Endurance riding isn’t for everyone. We’re the 1% of the 1%, and even that is probably a pretty generous figure. Not everyone understands why we do what we do; some people don’t care at all, some are intrigued while acknowledging that it’s not something they’d personally pursue, and some are quite vocal in declaring that this is NOT the right way to be riding a motorcycle. No one is obligated to condone or participate in endurance riding, but I thought I might shed a little light on why I personally love this type of riding in the context of the 2019 Iron Butt Rally rally.
In the course of these 11 days I watched the sun rise over the vast, rugged Nevada desert. I watched the sun set from the lush beauty of the Gaspe Penninsula. I felt the weight of a deep, moonless night in one of the most distant corners of the Everglades. I felt the buzz of humanity in a traffic jam in Washington DC at 1am on a Friday morning. You can do any one those things right now, should you desire. Load up, head out, and be confident that you can have those experiences at your leisure.
I also rode some roads that you almost certainly will never ride, because there is absolutely no good reason to be there. I rode nearly 100 miles north of an already far-flung town on virtually flawless asphalt to reach a small informational sign overlooking a remote dam. Aside from being a dam employee, there is no logical reason to travel this road. And yet there I was, with beautiful blacktop unfurling along the shores of a stunningly beautiful reservoir, beams of sunlight stabbing through silver skies to highlight the perimeter of rugged, verdant cliffs deep in the Canadian Rockies, and I had it all to myself. I reached the terminus of this quest, snapped a quick picture, and saddled up for the return journey. In what seemed like only minutes, I reached a sign indicating that I would be intersecting the main highway in 20kms, and I was legitimately disappointed. I was in the middle of nowhere, with no practical reason to be there, and I was disappointed that this amazing bit of moto-perfection was coming to an end.
But you could go there. If you’d like to go to Mica Dam, you certainly can put that on your bucket list. But there’s more to it than that. At some point – I couldn’t tell you exactly where – I was riding in the rain in the middle of the night when the wind shifted just so, such that the only sound, the only sensation in the world, was the quite pull of my tires against wet pavement. I was riding through a misty dawn when I came upon a moose in a field of wild flowers – tall, willowy flowers in every imaginable shade of red, pink, orange, purple, and white – simply enjoying her breakfast and regarding me with the same fascination with which I regarded her. I’ve had just exactly the right song show up on my playlist at just exactly the right minute, as though the cosmos was telling me that this is exactly where I was intended to be at this very moment in time. I’ve watch the breathtaking symphony of distant thunderstorms, powerful and beautiful and nearly impossible to capture in all of its majesty; it simply must be experienced and absorbed. I’ve had moments where the sky is so blue, the air so calm and warm, the ride so fluid and so effortless, that the entire world melts away and I’m left with a calm focus that I can only imagine must rival the most ardent practitioners of meditation. I have formed connections with people who, outside of this pursuit, I never would have had occasion to meet, people who make my life richer, fuller, more complete.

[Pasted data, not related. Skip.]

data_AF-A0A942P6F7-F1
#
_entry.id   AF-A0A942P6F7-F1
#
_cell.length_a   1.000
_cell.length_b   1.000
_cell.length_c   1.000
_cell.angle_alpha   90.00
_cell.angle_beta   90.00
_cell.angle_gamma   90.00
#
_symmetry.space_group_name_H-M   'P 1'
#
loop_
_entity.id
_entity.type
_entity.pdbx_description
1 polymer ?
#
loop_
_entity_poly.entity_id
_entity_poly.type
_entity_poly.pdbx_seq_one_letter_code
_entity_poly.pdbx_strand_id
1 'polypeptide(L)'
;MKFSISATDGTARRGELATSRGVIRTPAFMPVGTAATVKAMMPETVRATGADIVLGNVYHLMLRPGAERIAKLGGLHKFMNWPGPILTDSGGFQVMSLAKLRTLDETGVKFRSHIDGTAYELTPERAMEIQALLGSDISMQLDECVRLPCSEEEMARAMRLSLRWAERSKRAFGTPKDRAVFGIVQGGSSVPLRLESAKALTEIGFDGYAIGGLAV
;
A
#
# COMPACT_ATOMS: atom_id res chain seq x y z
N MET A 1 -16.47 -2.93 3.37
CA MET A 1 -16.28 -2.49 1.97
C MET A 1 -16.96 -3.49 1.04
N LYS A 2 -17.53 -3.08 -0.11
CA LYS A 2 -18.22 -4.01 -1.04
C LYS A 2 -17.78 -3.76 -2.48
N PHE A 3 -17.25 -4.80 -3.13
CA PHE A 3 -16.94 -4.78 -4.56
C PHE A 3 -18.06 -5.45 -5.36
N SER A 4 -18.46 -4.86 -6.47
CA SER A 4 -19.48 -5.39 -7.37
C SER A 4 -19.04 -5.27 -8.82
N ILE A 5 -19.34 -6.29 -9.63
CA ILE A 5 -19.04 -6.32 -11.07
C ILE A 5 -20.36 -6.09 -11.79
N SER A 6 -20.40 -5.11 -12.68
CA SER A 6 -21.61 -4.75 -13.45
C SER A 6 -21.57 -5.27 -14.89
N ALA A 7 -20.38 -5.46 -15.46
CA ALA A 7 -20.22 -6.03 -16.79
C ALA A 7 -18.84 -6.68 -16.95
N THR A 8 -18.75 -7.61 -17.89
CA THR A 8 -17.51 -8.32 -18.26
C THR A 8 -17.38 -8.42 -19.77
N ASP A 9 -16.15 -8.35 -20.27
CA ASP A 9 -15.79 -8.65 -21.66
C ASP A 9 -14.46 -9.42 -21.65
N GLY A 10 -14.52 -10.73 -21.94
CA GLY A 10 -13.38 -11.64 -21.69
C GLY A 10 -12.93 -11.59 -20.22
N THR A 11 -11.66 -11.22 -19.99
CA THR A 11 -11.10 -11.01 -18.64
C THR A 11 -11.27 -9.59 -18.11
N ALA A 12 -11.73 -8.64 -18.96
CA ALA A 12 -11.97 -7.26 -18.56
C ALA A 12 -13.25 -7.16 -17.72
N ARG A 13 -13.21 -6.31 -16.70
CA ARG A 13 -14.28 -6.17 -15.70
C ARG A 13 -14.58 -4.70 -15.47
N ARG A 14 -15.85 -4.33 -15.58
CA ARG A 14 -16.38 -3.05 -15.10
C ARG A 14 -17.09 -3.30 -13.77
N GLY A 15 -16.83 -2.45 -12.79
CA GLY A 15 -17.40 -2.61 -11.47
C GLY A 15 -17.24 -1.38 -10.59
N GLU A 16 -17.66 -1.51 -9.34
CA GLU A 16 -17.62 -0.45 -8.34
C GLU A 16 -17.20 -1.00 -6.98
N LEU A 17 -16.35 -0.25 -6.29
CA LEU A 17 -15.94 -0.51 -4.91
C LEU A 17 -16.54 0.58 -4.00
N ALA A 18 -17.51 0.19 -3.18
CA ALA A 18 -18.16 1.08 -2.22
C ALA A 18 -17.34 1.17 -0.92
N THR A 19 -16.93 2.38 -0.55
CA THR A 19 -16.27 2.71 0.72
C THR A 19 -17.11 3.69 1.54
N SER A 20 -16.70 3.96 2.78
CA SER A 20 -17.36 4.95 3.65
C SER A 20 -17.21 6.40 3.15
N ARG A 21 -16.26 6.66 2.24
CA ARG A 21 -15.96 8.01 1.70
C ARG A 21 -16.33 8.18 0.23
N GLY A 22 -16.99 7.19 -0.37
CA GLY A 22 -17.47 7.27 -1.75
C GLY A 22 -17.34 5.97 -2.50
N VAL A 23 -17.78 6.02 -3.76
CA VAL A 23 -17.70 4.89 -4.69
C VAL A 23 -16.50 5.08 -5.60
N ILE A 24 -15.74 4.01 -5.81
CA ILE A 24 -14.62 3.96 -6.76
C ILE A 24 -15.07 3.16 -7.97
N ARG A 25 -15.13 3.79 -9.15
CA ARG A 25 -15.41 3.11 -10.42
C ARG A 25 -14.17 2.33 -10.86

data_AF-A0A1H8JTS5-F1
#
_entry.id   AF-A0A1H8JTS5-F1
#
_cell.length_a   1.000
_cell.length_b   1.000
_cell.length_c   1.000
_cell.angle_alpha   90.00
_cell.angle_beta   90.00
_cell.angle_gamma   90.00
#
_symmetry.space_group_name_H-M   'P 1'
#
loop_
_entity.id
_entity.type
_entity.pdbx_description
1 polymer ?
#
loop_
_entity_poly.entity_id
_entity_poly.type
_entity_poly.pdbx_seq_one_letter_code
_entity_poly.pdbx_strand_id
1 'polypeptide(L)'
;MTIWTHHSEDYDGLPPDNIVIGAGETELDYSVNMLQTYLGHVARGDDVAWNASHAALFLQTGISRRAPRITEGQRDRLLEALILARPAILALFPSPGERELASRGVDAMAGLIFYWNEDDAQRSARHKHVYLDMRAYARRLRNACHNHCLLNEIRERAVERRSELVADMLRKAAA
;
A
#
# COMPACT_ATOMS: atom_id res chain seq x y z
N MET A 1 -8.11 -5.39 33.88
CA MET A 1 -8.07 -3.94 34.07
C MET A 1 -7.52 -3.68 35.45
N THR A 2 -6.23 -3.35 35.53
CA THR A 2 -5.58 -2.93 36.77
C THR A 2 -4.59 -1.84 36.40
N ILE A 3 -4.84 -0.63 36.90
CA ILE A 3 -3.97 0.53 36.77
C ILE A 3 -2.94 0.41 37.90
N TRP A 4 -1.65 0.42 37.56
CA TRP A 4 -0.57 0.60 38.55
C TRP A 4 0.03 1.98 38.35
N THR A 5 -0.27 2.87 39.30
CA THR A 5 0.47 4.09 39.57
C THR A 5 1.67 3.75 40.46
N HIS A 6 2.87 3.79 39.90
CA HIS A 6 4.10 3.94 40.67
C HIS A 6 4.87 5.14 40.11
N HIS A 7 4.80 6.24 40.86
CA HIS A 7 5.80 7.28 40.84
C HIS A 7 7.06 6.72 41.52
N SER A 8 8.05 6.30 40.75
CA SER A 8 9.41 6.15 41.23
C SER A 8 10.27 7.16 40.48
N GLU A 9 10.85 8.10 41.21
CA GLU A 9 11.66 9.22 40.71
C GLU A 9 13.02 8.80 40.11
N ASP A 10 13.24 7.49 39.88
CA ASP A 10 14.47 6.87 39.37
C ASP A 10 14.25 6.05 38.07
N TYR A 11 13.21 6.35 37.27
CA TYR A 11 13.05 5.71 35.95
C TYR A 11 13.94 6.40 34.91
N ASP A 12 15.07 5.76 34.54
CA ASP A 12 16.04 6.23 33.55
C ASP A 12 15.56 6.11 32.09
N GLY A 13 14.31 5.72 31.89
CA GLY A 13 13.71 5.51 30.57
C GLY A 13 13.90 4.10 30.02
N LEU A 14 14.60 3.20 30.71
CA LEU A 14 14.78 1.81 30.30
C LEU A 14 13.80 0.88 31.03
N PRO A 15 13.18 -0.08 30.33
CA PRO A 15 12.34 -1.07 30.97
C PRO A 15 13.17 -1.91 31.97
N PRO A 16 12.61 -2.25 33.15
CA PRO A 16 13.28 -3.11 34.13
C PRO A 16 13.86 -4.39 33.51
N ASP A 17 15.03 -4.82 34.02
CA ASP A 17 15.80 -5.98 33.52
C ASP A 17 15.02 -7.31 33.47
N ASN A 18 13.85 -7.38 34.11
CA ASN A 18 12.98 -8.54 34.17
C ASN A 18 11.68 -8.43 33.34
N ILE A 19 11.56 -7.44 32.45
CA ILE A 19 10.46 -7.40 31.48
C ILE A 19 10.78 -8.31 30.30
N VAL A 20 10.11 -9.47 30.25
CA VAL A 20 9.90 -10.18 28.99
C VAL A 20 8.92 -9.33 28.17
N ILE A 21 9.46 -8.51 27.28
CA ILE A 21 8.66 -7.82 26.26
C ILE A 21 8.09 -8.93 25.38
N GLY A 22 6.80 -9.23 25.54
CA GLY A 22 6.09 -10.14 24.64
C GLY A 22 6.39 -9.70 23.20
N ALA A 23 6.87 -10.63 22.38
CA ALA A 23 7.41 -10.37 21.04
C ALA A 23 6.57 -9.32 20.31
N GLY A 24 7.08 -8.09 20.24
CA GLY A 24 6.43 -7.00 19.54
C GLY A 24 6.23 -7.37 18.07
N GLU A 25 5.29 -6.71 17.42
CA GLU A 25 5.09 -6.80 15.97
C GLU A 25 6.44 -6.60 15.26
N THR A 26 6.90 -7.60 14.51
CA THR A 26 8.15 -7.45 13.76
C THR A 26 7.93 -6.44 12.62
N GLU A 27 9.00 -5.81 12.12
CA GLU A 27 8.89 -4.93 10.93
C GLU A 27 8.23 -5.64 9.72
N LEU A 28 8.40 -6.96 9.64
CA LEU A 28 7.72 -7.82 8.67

This is my zen. This is my release. This is my connection with that which is both greater than myself and deep within myself. You can’t put those moments into your gps. You can’t plot a trip to the place where your soul will heal or grow or quiet or shout for joy. You just have to put yourself out there. Your place may come through hiking or biking. Sailing or soaring. Brushing the dog or holding your new grandchild. I hope you all have a space in the world where you find your best self; this is mine. On two wheels, exploring, experiencing, looking for any opportunity to avail myself of the majesty of the universe. The more you’re out there, the greater the likelihood that these moments will find you. Rally riding is not for everyone, but its right for me. Any excuse to be out there, leaning, twisting, seeing, smelling, feeling, focusing, absorbing; any opportunity to be so overwhelmed by the majesty of it all that I have no choice but to hone in and thoroughly experience the precise splendor of this solitary moment. This is why I rally.